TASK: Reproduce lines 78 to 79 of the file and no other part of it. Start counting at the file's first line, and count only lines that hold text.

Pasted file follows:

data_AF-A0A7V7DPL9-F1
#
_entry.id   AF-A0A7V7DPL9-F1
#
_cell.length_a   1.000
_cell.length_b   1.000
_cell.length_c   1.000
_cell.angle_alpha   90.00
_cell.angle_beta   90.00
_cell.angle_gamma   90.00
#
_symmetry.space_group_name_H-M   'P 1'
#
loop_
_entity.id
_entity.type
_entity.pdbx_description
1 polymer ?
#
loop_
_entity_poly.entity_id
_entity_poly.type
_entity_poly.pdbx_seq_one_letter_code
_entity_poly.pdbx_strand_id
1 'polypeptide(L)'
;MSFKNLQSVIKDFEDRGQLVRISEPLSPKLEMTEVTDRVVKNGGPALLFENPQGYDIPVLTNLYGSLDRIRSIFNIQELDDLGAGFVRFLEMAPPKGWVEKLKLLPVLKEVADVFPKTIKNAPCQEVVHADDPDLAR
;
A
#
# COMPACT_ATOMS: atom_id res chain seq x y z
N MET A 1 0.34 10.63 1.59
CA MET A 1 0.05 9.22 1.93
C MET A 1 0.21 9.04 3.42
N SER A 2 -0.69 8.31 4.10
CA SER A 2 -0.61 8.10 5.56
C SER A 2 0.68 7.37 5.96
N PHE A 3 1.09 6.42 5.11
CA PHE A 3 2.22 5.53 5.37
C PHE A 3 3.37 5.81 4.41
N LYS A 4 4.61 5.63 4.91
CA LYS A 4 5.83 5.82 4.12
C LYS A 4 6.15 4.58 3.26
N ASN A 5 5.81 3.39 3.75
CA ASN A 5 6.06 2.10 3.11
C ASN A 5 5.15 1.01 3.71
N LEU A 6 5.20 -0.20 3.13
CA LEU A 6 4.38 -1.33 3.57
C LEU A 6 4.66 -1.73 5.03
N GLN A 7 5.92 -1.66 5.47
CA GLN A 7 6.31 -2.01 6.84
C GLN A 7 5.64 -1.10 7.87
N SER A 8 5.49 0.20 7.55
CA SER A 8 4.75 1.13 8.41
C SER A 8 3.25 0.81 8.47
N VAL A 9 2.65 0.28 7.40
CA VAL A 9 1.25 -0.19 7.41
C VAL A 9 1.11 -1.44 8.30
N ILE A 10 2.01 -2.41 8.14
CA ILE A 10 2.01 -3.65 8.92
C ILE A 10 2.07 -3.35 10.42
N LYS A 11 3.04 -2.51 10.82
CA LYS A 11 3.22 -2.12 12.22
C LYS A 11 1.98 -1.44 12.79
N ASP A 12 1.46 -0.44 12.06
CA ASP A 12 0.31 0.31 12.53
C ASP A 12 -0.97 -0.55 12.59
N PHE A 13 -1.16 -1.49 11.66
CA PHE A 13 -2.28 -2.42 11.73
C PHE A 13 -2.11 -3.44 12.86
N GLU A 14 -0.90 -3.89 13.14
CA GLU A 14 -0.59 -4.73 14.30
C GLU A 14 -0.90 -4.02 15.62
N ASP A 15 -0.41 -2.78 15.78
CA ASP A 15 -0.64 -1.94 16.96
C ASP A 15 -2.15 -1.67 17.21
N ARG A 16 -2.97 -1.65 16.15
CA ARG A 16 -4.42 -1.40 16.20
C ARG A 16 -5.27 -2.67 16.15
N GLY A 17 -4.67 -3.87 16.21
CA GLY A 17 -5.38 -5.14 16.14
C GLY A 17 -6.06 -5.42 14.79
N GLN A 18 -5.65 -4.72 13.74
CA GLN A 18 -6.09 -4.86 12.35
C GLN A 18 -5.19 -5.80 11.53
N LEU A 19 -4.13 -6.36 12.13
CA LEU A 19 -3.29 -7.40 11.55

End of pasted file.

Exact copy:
C ARG A 16 -5.27 -2.67 16.15
N GLY A 17 -4.67 -3.87 16.21